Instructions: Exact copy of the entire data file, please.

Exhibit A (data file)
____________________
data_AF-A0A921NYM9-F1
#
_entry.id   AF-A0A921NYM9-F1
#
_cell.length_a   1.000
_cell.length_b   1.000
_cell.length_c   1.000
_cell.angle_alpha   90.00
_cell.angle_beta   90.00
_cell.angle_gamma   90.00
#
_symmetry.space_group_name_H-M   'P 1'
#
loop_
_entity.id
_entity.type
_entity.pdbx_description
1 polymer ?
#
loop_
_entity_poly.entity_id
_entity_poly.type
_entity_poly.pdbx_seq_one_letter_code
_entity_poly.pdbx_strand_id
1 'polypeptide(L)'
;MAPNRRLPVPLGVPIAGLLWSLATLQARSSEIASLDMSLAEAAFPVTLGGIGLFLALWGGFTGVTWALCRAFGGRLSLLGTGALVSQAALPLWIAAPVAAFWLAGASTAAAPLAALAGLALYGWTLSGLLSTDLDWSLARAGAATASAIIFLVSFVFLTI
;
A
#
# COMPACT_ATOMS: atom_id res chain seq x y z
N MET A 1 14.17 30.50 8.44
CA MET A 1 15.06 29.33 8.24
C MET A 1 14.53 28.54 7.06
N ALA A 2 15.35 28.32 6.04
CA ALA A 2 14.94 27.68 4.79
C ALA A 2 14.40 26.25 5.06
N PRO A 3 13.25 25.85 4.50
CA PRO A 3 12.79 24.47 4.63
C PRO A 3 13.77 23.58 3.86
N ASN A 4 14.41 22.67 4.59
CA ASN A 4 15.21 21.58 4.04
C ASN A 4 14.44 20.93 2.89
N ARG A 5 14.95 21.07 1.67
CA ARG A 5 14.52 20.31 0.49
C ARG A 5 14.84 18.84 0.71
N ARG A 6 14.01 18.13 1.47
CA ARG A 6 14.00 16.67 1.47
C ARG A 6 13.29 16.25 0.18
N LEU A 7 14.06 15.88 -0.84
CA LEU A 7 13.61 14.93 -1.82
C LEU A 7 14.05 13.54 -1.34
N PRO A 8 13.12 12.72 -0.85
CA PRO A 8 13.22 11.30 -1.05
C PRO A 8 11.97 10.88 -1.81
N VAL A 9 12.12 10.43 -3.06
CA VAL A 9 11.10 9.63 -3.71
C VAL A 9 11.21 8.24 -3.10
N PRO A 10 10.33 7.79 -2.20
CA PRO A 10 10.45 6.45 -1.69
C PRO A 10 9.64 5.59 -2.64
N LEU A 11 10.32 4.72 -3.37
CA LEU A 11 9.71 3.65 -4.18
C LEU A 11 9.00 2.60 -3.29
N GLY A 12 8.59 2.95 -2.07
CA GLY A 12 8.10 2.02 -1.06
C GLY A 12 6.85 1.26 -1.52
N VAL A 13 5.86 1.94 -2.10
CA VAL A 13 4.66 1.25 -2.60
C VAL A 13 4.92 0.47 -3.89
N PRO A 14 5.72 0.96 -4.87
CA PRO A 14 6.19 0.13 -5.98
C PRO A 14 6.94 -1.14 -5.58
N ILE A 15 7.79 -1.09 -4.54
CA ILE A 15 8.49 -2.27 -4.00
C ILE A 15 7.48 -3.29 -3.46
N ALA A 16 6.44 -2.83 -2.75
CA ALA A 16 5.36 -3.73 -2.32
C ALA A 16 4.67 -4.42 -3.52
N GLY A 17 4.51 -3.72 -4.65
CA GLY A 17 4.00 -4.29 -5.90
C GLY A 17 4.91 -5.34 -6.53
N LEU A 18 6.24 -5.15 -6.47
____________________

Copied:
data_AF-A0A921NYM9-F1
#
_entry.id   AF-A0A921NYM9-F1
#
_cell.length_a   1.000
_cell.length_b   1.000
_cell.length_c   1.000
_cell.angle_alpha   90.00
_cell.angle_beta   90.00
_cell.angle_gamma   90.00
#
_symmetry.space_group_name_H-M   'P 1'
#
loop_
_entity.id
_entity.type
_entity.pdbx_description
1 polymer ?
#
loop_
_entity_poly.entity_id
_entity_poly.type
_entity_poly.pdbx_seq_one_letter_code
_entity_poly.pdbx_strand_id
1 'polypeptide(L)'
;MAPNRRLPVPLGVPIAGLLWSLATLQARSSEIASLDMSLAEAAFPVTLGGIGLFLALWGGFTGVTWALCRAFGGRLSLLGTGALVSQAALPLWIAAPVAAFWLAGASTAAAPLAALAGLALYGWTLSGLLSTDLDWSLARAGAATASAIIFLVSFVFLTI
;
A
#
# COMPACT_ATOMS: atom_id res chain seq x y z
N MET A 1 14.17 30.50 8.44
CA MET A 1 15.06 29.33 8.24
C MET A 1 14.53 28.54 7.06
N ALA A 2 15.35 28.32 6.04
CA ALA A 2 14.94 27.68 4.79
C ALA A 2 14.40 26.25 5.06
N PRO A 3 13.25 25.85 4.50
CA PRO A 3 12.79 24.47 4.63
C PRO A 3 13.77 23.58 3.86
N ASN A 4 14.41 22.67 4.59
CA ASN A 4 15.21 21.58 4.04
C ASN A 4 14.44 20.93 2.89
N ARG A 5 14.95 21.07 1.67
CA ARG A 5 14.52 20.31 0.49
C ARG A 5 14.84 18.84 0.71
N ARG A 6 14.01 18.13 1.47
CA ARG A 6 14.00 16.67 1.47
C ARG A 6 13.29 16.25 0.18
N LEU A 7 14.06 15.88 -0.84
CA LEU A 7 13.61 14.93 -1.82
C LEU A 7 14.05 13.54 -1.34
N PRO A 8 13.12 12.72 -0.85
CA PRO A 8 13.22 11.30 -1.05
C PRO A 8 11.97 10.88 -1.81
N VAL A 9 12.12 10.43 -3.06
CA VAL A 9 11.10 9.63 -3.71
C VAL A 9 11.21 8.24 -3.10
N PRO A 10 10.33 7.79 -2.20
CA PRO A 10 10.45 6.45 -1.69
C PRO A 10 9.64 5.59 -2.64
N LEU A 11 10.32 4.72 -3.37
CA LEU A 11 9.71 3.65 -4.18
C LEU A 11 9.00 2.60 -3.29
N GLY A 12 8.59 2.95 -2.07
CA GLY A 12 8.10 2.02 -1.06
C GLY A 12 6.85 1.26 -1.52
N VAL A 13 5.86 1.94 -2.10
CA VAL A 13 4.66 1.25 -2.60
C VAL A 13 4.92 0.47 -3.89
N PRO A 14 5.72 0.96 -4.87
CA PRO A 14 6.19 0.13 -5.98
C PRO A 14 6.94 -1.14 -5.58
N ILE A 15 7.79 -1.09 -4.54
CA ILE A 15 8.49 -2.27 -4.00
C ILE A 15 7.48 -3.29 -3.46
N ALA A 16 6.44 -2.83 -2.75
CA ALA A 16 5.36 -3.73 -2.32
C ALA A 16 4.67 -4.42 -3.52
N GLY A 17 4.51 -3.72 -4.65
CA GLY A 17 4.00 -4.29 -5.90
C GLY A 17 4.91 -5.34 -6.53
N LEU A 18 6.24 -5.15 -6.47